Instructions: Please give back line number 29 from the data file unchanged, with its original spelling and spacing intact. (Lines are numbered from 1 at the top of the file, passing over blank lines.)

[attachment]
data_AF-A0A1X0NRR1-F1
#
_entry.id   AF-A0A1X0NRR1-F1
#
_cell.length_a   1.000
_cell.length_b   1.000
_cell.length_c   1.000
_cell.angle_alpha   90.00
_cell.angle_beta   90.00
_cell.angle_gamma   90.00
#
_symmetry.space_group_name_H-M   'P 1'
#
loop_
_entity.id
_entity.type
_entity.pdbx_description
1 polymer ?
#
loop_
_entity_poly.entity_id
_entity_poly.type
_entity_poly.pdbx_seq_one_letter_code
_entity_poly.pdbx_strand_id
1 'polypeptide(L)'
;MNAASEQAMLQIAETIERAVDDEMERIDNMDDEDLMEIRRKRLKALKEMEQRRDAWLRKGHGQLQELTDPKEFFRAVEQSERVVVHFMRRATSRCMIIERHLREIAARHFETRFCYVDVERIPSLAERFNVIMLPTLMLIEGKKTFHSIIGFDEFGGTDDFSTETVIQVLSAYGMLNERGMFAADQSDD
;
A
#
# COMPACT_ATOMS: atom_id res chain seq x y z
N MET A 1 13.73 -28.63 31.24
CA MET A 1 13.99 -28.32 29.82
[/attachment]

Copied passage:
#